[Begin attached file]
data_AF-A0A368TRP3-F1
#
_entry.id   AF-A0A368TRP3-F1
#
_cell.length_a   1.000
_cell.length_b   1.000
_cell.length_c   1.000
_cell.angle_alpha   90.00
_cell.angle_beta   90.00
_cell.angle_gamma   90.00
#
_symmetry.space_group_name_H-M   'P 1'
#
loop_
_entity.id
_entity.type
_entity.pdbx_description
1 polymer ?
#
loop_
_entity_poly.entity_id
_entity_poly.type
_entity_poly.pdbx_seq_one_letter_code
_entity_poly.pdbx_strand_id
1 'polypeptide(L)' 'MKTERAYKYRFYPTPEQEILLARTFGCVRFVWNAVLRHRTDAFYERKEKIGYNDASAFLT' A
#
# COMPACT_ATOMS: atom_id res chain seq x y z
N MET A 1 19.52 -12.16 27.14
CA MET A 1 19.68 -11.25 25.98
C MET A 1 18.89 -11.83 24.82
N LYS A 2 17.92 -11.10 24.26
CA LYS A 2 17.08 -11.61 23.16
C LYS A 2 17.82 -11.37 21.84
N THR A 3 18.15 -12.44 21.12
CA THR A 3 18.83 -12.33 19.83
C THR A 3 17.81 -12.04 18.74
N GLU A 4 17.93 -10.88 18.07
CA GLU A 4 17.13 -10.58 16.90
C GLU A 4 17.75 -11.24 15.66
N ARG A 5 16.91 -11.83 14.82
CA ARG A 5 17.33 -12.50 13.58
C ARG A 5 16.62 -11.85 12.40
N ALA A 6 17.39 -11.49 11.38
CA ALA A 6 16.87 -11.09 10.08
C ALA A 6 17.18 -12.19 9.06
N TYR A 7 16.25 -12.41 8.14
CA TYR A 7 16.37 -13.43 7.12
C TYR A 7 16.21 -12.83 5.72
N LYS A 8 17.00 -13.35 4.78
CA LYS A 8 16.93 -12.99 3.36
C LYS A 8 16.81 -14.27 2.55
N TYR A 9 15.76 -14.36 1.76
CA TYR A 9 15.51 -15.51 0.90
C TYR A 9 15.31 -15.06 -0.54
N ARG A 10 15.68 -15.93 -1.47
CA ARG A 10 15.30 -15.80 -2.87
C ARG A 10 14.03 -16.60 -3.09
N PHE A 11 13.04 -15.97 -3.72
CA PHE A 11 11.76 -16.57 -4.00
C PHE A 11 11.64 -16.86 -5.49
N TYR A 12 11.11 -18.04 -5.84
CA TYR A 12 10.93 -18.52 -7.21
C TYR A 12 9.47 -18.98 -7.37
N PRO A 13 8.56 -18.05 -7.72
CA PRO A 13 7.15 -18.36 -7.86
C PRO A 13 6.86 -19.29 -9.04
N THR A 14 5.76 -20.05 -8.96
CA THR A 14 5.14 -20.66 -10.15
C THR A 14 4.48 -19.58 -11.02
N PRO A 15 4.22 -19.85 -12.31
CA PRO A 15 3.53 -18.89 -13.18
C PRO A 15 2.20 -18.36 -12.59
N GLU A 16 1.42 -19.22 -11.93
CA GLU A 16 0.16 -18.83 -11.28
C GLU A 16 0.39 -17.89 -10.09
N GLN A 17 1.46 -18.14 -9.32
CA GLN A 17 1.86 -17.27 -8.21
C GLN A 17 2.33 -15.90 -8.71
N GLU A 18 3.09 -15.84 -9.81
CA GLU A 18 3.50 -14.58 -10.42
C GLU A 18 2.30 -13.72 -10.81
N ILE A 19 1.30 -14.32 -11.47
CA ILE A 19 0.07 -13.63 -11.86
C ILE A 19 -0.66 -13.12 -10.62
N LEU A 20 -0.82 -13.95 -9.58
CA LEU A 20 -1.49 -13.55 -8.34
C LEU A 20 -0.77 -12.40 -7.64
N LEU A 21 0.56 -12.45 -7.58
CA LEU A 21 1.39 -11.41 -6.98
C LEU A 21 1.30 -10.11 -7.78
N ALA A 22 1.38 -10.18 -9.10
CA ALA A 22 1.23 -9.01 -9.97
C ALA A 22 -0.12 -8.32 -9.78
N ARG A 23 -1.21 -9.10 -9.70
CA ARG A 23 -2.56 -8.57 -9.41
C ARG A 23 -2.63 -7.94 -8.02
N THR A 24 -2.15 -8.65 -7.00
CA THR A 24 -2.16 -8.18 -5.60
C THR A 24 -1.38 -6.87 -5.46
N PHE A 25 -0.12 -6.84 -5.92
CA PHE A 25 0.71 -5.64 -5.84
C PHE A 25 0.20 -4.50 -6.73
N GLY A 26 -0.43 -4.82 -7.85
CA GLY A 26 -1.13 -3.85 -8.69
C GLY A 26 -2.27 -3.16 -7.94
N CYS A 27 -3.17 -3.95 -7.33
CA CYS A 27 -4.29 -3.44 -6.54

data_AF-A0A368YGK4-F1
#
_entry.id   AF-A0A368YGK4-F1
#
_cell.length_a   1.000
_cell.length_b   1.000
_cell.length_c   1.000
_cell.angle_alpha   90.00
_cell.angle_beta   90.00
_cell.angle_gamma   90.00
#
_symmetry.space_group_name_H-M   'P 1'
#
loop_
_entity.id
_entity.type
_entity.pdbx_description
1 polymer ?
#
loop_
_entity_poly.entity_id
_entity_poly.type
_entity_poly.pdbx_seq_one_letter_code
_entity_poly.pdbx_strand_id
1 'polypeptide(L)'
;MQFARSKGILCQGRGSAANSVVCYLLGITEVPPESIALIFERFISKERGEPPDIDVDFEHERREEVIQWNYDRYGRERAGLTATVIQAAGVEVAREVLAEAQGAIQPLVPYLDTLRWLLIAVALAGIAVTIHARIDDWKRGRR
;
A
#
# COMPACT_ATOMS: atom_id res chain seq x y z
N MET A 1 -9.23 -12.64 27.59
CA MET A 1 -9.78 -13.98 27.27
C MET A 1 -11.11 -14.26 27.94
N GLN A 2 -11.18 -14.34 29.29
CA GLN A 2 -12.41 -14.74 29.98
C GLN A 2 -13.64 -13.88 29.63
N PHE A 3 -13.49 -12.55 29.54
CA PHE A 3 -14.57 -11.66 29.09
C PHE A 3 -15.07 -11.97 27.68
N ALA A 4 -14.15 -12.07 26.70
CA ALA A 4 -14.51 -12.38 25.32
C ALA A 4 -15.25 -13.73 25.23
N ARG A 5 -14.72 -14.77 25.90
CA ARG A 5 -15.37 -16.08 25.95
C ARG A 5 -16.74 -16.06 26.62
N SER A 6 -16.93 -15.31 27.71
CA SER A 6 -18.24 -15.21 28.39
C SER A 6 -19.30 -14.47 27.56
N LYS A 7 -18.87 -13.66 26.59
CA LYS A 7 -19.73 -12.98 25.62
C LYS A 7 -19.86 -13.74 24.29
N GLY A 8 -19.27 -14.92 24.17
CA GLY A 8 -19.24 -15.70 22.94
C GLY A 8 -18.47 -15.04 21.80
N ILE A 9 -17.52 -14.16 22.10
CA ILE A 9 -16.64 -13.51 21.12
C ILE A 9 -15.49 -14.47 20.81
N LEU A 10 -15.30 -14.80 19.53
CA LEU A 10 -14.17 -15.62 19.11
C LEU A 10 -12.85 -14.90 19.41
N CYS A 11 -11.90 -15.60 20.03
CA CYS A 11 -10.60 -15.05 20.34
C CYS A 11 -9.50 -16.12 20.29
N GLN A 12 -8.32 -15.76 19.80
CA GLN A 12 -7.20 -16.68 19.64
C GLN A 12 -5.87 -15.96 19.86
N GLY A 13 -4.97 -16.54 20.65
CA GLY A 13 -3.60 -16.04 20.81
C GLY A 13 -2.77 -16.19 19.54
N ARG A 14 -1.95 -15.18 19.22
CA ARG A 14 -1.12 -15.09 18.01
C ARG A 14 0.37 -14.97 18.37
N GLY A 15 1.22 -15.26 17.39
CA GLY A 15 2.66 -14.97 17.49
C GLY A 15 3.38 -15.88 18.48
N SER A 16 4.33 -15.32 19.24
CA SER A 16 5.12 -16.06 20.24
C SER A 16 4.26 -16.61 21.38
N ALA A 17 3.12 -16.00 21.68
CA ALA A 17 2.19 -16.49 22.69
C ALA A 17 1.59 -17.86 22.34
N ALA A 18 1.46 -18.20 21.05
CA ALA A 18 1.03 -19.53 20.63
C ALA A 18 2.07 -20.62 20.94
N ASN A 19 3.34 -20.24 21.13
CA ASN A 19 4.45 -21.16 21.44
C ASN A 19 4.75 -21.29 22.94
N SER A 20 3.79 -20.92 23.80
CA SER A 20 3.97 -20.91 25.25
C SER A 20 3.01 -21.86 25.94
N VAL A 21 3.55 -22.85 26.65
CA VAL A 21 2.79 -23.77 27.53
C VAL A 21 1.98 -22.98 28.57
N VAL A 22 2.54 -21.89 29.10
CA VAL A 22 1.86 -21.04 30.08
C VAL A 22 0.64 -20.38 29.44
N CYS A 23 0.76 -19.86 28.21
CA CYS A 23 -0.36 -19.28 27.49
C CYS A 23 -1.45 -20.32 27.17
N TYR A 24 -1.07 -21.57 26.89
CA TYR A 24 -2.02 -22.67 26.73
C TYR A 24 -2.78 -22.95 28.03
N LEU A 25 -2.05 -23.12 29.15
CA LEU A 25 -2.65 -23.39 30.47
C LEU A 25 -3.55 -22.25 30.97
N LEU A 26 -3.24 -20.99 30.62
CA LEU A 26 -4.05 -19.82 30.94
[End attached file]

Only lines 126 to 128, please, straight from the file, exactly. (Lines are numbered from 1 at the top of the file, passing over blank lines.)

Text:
#
loop_
_entity_poly.entity_id